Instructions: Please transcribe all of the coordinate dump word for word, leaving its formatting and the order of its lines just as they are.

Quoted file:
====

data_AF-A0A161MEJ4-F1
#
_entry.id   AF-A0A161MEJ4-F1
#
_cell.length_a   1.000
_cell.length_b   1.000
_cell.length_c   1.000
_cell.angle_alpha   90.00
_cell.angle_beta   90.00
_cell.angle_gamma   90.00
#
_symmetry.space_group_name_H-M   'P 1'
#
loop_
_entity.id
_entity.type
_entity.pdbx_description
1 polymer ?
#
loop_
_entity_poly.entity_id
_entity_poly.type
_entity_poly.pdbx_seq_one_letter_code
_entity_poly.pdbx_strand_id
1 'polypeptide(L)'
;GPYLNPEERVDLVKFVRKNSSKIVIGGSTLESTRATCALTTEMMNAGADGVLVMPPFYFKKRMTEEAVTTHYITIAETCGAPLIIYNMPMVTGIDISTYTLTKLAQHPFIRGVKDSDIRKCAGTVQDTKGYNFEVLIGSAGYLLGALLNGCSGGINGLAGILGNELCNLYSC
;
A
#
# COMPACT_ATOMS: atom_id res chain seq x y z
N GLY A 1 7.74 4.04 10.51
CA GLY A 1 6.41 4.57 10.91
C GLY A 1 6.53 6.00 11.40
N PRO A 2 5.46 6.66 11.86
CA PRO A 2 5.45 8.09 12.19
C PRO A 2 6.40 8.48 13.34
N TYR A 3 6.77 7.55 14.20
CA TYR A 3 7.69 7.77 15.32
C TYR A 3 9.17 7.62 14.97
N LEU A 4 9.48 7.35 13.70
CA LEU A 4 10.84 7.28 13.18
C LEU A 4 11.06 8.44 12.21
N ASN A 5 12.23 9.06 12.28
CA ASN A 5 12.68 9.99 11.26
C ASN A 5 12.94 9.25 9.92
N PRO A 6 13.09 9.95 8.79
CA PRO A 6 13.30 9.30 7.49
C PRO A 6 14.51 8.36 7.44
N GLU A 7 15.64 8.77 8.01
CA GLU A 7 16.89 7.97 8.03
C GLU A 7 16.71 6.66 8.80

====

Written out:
data_AF-A0A161MEJ4-F1
#
_entry.id   AF-A0A161MEJ4-F1
#
_cell.length_a   1.000
_cell.length_b   1.000
_cell.length_c   1.000
_cell.angle_alpha   90.00
_cell.angle_beta   90.00
_cell.angle_gamma   90.00
#
_symmetry.space_group_name_H-M   'P 1'
#
loop_
_entity.id
_entity.type
_entity.pdbx_description
1 polymer ?
#
loop_
_entity_poly.entity_id
_entity_poly.type
_entity_poly.pdbx_seq_one_letter_code
_entity_poly.pdbx_strand_id
1 'polypeptide(L)'
;GPYLNPEERVDLVKFVRKNSSKIVIGGSTLESTRATCALTTEMMNAGADGVLVMPPFYFKKRMTEEAVTTHYITIAETCGAPLIIYNMPMVTGIDISTYTLTKLAQHPFIRGVKDSDIRKCAGTVQDTKGYNFEVLIGSAGYLLGALLNGCSGGINGLAGILGNELCNLYSC
;
A
#
# COMPACT_ATOMS: atom_id res chain seq x y z
N GLY A 1 7.74 4.04 10.51
CA GLY A 1 6.41 4.57 10.91
C GLY A 1 6.53 6.00 11.40
N PRO A 2 5.46 6.66 11.86
CA PRO A 2 5.45 8.09 12.19
C PRO A 2 6.40 8.48 13.34
N TYR A 3 6.77 7.55 14.20
CA TYR A 3 7.69 7.77 15.32
C TYR A 3 9.17 7.62 14.97
N LEU A 4 9.48 7.35 13.70
CA LEU A 4 10.84 7.28 13.18
C LEU A 4 11.06 8.44 12.21
N ASN A 5 12.23 9.06 12.28
CA ASN A 5 12.68 9.99 11.26
C ASN A 5 12.94 9.25 9.92
N PRO A 6 13.09 9.95 8.79
CA PRO A 6 13.30 9.30 7.49
C PRO A 6 14.51 8.36 7.44
N GLU A 7 15.64 8.77 8.01
CA GLU A 7 16.89 7.97 8.03
C GLU A 7 16.71 6.66 8.80